It seems the evolution versus creationism debate will never end. Professor Steve Jones, a geneticist from University College London will address delegates at the 7th annual University College Dublin-Conway Festival of Research in O’Reilly Hall, University College Dublin on Thursday, September 20th 2007 about ‘Why evolution is right and creationism is wrong’.
Why hear an argument against something unproven at all? Jones is concerned that intelligent Design is being presented as scientific fact. Proponents of intelligent design state that the universe and everything in it has been designed by a higher being based on the premise that some systems are just too complex to have evolved.
An analysis by the Hudson Institute states that more than 500 scientists have published evidence refuting at least one element of current man-made global warming scares.
The analysis says that more than 300 of the scientists found evidence that 1) a natural moderate 1,500-year climate cycle has produced more than a dozen global warmings similar to ours since the last Ice Age and/or that 2) our Modern Warming is linked strongly to variations in the sun's irradiance.
"This data and the list of scientists make a mockery of recent claims that a scientific consensus blames humans as the primary cause of global temperature increases since 1850," said Hudson Institute Senior Fellow Dennis Avery.
In 1911 the discovery that the earth was billions of years old changed our view of the world forever. At the end of the 19th century, many geologists still believed the age of the Earth to be a few thousand years old, as indicated by the Bible, while others considered it to be around 100 million years old, in line with calculations made by Lord Kelvin, the most prestigious physicist of his day.
Before radiometric dating there was no way of knowing.
In 1898 Marie Curie discovered the phenomenon of radioactivity and by 1904 Ernest Rutherford, a physicist working in Britain, realised that the process of radioactive decay could be harnessed to date rocks.
Global child deaths have reached a record low, falling below 10 million per year to 9.7 million, down from almost 13 million in 1990, according to UNICEF.
"This is an historic moment," said UNICEF Executive Director Ann M. Veneman. "Now we must build on this public health success to push for the achievement of the Millennium Development Goals."
Among these goals, which range from halving extreme poverty to halting the spread of HIV/AIDS, is a commitment to a two-thirds reduction in child mortality between 1990 and 2015, a result which would save an additional 5.4 million children by 2015.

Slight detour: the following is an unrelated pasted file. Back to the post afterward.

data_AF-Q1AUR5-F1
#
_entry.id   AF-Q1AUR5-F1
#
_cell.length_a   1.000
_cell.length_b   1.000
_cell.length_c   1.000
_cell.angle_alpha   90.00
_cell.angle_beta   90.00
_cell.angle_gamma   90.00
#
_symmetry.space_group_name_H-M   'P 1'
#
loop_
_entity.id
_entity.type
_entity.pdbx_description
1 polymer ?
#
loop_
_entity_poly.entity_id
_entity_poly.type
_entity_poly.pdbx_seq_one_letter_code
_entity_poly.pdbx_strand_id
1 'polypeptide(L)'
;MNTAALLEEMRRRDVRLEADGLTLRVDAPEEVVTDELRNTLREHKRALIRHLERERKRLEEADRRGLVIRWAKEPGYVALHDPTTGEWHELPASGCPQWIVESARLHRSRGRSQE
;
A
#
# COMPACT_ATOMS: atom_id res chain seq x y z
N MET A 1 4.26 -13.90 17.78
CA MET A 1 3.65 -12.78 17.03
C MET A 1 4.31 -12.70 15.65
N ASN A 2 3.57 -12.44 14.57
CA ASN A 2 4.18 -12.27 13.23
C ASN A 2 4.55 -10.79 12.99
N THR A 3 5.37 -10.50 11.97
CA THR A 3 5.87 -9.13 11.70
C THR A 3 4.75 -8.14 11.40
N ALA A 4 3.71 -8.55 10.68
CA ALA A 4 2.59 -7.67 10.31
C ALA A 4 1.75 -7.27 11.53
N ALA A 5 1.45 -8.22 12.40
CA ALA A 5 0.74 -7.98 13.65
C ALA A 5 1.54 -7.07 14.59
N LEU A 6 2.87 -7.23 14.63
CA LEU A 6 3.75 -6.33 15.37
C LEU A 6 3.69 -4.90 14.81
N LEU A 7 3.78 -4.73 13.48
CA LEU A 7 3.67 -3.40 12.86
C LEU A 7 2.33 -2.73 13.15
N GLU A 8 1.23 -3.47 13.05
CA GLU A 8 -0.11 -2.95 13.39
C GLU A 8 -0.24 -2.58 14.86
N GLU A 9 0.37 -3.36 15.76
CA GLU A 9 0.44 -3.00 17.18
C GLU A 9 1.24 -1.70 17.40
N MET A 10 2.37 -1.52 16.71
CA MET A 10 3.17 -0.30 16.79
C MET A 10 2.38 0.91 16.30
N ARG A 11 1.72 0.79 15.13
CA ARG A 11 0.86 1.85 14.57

However, Veneman pointed out that there is no room for complacency.
"The loss of 9.7 million young lives each year is unacceptable.
Swedish researcher Maria Engberg has studied how the ability of the computer to combine words, images, movement, and sounds is impacting both writing and reading and she's going to defend her dissertation on the subject this week.
“The way digital poetry experiments with language raises questions and challenges conceptions of literature that were formed by printed books,” says Engberg, who has examined what this entails for literary scholarship.
She has analyzed works by English-speaking poets such as John Cayley, Stephanie Strickland, and Thomas Swiss. The focus is on space, time, movement, and word and image constructions.
Emissions targets for London stand little chance of being achieved unless the Greater London Authority (GLA) takes radical steps, one of which could be the removal of all cars from both inner and outer London, according to a report today at London School of Hygiene & Tropical Medicine (LSHTM) to launch the Lancet Series on Energy and Health.
Climate scientists argue that rapid reductions will be needed if England to avoid dangerous climate change, even going beyond the GLA commitment to reducing London’s carbon dioxide emissions by 60% by 2025. A team of experts from LSHTM and the Transport Studies Unit (Oxford University Centre for the Environment) will today reveal that London is on course to reduce land transport emissions by only 10%-23%[3,4].